REVIEW: Maze Runner: The Scorch Trials [2015]

Score: 5/10 | ★ ★


Rating: PG-13 | Runtime: 132 minutes | Release Date: September 18th, 2015 (USA)
Studio: Twentieth Century Fox
Director(s): Wes Ball
Writer(s): T.S. Nowlin / James Dashner (novel)

“Where did you come from? Where are you going? How can I profit?”

Full disclosure: I haven’t yet read James Dashner‘s Maze Runner series so I’m not sure if his second installment is as hollow as the film version, but I hope it isn’t. Many people have told me that T.S. Nowlin‘s script virtually rewrites the entire thing—not always bad (see Insurgent bookending its tale correctly despite changing the middle to be more cinematic)—so I’m retaining my optimism the text lives up to the first story’s potential because what director Wes Ball has brought to life is merely a popcorn action-packed zombie flick masked as a continuation of the suspenseful dystopian mystery he gave us one year ago. In just over two hours we learn one thing that we already assumed: Thomas (Dylan O’Brien) has always been a hero.

The rest is superfluous and it’s a shame because The Maze Runner got me excited for what was to come only for The Scorch Trials to prove mere filler before a finale currently shaping up to be as boringly loud as it. The film hopes we latch onto the utilitarian way in which WCKD head Dr. Paige (Patricia Clarkson) is operating—that we understand her endgame is pure if not her method. There’s obviously an epidemic with the Flare virus turning humans into violent monsters and a cure is necessary, but those in command seem to be relishing the ruse they’ve constructed to incarcerate those children able to help in that quest a bit too much. And without sufficient time to build their complexity, these villains become cardboard.

This is the rub when you finally put a face to the evil. The Maze Runner succeeded by turning their situation into the thing to overcome, not the people responsible for putting them there. Now that we know who Dr. Paige is and get introduced to military man Janson (Aidan Gillen), it’s up to them to live up to their end of the bargain and sadly the writing here never affords the opportunity to do so. Instead Nowlin and Ball hope to push them to the background still and make the film about Thomas and friends surviving the so-called “Scorch”—a post-apocalyptic wasteland of sand and decimated skyscrapers that used to be America. Frankly, though, Flare-infected “Cranks” are hardly as captivating as a hermetically sealed maze.

So it’s run, kill, hide, rinse, and repeat. We get a new character in Aris Jones (Jacob Lofland) to join their struggle and potential allies in Right Arm members Mary (Lili Taylor) and Vince (Barry Pepper). I’m not sure what to call Giancarlo Esposito‘s Jorge since he enters the story as a duplicitous man only out for himself before turning on a dime without warning into someone with a conscience. I look to his character as the epitome of all that’s wrong with the film: good intentions for growth that get stripped down and erased in order to service an already paper-thin plot blindly. I knew it would be disappointing as most middle chapters of trilogies are, but I never thought it would add nothing to the conversation.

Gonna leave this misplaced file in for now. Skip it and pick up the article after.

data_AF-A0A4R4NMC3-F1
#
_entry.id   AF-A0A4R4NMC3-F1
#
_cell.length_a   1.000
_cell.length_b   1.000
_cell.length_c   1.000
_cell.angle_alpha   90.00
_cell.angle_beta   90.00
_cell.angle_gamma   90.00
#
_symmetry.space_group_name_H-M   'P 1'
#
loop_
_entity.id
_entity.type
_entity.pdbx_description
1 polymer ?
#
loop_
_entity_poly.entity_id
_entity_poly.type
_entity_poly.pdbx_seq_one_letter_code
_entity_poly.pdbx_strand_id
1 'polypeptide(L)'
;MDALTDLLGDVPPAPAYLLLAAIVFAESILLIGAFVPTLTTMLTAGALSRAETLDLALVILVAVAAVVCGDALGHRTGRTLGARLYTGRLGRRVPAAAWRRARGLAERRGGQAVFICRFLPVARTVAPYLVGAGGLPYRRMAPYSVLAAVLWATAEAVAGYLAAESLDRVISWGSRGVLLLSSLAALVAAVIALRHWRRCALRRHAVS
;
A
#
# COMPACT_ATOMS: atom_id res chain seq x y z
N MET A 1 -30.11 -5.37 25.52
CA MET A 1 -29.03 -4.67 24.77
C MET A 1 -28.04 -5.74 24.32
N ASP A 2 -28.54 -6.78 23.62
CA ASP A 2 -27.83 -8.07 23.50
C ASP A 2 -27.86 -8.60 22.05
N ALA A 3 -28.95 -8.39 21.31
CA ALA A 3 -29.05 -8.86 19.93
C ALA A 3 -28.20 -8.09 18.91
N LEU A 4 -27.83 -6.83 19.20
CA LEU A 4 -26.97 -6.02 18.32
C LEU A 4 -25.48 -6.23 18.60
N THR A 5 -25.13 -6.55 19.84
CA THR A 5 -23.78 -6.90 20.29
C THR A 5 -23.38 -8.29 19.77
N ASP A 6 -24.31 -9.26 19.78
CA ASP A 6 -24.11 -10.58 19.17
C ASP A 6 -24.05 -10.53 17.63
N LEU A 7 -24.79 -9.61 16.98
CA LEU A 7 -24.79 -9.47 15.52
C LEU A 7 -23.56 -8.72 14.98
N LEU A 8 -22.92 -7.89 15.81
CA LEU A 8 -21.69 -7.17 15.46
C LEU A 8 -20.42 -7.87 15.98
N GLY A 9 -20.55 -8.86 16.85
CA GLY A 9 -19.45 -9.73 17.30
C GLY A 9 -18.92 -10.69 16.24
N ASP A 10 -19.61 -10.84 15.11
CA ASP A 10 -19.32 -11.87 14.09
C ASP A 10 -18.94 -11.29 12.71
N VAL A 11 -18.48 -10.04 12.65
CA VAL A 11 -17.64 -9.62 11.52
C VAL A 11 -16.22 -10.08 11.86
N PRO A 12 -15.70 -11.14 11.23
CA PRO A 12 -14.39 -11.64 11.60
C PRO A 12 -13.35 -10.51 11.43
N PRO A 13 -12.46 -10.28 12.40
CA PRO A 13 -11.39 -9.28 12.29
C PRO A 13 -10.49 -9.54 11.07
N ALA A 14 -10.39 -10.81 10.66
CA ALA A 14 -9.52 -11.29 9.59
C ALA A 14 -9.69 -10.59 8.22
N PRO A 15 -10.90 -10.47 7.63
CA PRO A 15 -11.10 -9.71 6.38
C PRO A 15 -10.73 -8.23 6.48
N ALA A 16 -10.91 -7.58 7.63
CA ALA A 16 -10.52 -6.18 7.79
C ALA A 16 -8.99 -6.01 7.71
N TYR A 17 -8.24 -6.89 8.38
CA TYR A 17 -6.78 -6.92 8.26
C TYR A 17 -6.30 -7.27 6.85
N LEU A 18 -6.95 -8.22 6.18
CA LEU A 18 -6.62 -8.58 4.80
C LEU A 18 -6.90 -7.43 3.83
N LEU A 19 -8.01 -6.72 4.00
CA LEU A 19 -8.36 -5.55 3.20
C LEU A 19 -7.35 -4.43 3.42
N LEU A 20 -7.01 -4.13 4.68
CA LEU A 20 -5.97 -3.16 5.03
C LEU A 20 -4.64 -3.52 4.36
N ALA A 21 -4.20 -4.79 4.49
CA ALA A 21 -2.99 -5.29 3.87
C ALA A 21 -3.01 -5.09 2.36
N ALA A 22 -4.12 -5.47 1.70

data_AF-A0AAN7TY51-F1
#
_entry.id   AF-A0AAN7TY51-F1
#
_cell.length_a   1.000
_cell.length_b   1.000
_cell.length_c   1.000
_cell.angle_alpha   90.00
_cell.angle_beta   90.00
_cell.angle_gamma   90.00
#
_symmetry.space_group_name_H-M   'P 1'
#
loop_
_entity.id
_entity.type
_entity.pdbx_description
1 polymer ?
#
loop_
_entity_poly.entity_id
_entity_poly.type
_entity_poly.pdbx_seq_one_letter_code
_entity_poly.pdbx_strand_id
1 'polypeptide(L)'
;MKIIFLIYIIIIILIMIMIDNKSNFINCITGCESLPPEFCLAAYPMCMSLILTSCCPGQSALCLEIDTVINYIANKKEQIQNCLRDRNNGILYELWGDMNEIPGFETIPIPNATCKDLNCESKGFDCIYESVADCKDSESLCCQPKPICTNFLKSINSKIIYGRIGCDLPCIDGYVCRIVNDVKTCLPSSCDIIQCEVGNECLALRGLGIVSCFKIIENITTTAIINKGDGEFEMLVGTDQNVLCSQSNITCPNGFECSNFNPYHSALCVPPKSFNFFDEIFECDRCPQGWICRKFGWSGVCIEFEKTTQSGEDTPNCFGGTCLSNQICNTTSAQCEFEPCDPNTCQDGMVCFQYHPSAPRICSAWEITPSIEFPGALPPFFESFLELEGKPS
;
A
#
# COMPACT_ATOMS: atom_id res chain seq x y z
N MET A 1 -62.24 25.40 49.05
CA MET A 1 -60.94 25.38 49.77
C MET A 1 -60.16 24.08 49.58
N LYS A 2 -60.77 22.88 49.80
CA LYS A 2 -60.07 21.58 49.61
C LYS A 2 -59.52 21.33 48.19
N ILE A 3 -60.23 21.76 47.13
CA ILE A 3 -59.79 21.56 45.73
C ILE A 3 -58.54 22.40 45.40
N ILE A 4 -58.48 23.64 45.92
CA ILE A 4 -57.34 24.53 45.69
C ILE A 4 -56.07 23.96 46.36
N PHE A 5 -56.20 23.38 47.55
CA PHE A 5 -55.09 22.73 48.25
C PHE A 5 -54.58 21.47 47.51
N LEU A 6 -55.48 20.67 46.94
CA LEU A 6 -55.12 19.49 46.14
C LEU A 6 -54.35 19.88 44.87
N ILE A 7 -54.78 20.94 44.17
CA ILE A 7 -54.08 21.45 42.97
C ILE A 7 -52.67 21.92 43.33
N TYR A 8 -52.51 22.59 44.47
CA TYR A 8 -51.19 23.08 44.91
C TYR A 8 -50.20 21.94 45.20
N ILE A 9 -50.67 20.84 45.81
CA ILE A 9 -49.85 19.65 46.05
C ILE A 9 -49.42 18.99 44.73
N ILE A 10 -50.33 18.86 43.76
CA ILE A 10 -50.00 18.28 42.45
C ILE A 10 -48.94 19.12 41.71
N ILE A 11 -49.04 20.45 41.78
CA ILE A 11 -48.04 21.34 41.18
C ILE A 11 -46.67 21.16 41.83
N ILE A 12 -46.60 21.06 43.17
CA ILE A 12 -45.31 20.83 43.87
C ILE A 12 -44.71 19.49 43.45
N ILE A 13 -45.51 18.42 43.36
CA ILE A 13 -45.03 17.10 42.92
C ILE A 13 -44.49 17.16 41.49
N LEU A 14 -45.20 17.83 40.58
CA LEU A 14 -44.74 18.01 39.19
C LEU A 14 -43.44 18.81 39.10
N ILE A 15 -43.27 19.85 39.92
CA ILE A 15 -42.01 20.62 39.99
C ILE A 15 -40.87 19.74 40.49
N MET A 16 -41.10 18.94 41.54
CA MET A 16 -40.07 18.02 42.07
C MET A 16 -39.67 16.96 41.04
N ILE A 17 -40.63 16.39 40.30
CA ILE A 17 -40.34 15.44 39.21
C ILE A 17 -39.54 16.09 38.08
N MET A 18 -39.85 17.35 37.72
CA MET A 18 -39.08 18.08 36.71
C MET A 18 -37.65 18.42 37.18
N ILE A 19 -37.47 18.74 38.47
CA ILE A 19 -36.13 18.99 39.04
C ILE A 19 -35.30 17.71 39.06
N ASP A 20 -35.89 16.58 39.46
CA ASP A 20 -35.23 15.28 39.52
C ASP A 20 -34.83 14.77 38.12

Lofland’s Aris is a nice addition as is Jorge’s ward Brenda (Rosa Salazar). There are some cool effects and creepy set pieces in dark tunnels with eerie lighting and vicious creatures, but it’s all window-dressing that leads us to the same place we were at the start. Thomas, Newt (Thomas Brodie-Sangster), Minho (Ki Hong Lee), and Teresa (Kaya Scodelario) must escape the over-arching clutches of Paige and WCKD. Does The Scorch Trials get them closer to that end? No. In fact they may even be further away. I guess what happens does solidify Thomas as de facto leader, though. Somehow his saving them in the first was enough because he must nudge the rest a bit more through recklessly heroic behavior. Too bad we didn’t also need it.

Hopefully The Death Cure finds a way to make this journey worthwhile. Perhaps that means nothing more than utilizing the new characters in awesome ways to warrant this two-hour zombie nightmare to serve as their introduction. That’s a tough uphill battle, though, and I’m not sure this film instills much confidence in them finding a way. What worked in the Maze Runner as far as keeping everything to the trapped kids’ experience and vantage is just too insulating here. We needed to learn about WCKD beyond heresay and half-truths. We needed to know exactly what they are about and how they became the oppressive regime they have. Instead of enhancing the drama, keeping them two-dimensionally in the shadows only renders the adventure a tedious slog.


photography:
courtesy of Twentieth Century Fox

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